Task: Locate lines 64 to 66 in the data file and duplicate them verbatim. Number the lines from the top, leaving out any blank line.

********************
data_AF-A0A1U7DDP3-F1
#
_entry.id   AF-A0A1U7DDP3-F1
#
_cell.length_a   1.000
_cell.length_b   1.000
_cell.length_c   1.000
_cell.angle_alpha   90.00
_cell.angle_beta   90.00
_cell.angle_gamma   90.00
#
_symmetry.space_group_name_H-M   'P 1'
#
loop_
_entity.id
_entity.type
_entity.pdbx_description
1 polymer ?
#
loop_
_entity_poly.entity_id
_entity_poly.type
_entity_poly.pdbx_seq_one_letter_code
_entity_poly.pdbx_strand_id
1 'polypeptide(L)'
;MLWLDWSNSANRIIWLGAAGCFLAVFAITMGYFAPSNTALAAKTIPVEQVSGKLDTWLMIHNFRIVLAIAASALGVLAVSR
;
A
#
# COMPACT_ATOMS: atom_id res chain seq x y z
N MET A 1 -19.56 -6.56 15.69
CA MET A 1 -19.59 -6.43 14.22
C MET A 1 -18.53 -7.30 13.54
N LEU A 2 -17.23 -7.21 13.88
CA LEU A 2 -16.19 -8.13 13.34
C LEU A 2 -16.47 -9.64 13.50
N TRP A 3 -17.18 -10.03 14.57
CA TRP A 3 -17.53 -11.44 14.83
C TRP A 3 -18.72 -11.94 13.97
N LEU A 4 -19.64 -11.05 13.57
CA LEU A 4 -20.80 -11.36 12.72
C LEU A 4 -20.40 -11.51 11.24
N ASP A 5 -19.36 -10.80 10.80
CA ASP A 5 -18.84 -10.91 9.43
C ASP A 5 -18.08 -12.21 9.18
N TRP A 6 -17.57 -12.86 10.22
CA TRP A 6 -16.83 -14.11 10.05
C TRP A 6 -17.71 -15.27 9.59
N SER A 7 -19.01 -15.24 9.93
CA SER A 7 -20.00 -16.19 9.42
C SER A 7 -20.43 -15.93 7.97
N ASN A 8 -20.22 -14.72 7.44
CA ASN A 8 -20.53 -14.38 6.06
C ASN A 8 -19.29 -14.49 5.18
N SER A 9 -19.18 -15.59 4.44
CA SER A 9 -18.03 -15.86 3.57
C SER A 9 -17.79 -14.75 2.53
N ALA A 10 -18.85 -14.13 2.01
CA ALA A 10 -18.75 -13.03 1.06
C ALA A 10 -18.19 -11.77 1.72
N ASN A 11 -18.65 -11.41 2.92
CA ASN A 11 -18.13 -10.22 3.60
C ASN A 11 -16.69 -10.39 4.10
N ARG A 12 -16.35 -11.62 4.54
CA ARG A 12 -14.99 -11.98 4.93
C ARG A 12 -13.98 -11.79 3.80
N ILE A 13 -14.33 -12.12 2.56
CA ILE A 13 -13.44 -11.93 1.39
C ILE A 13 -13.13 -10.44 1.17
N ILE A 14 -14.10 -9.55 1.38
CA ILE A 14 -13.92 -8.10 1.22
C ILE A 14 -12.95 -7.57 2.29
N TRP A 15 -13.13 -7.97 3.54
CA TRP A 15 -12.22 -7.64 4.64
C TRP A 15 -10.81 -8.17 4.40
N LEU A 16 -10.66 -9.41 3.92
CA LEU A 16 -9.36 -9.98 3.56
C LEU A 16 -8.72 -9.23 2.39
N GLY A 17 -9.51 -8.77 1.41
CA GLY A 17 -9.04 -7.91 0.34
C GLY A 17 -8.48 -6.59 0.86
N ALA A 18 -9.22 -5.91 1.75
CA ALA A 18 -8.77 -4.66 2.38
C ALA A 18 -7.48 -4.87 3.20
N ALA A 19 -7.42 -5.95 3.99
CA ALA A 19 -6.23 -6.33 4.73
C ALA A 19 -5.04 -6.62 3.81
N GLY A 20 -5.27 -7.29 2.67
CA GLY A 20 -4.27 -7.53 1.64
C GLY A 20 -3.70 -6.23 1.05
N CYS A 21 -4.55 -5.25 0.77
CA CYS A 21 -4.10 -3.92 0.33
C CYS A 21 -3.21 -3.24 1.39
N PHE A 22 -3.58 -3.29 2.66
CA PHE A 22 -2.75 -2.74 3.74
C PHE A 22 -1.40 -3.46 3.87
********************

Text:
N ARG A 12 -16.35 -11.62 4.54
CA ARG A 12 -14.99 -11.98 4.93
C ARG A 12 -13.98 -11.79 3.80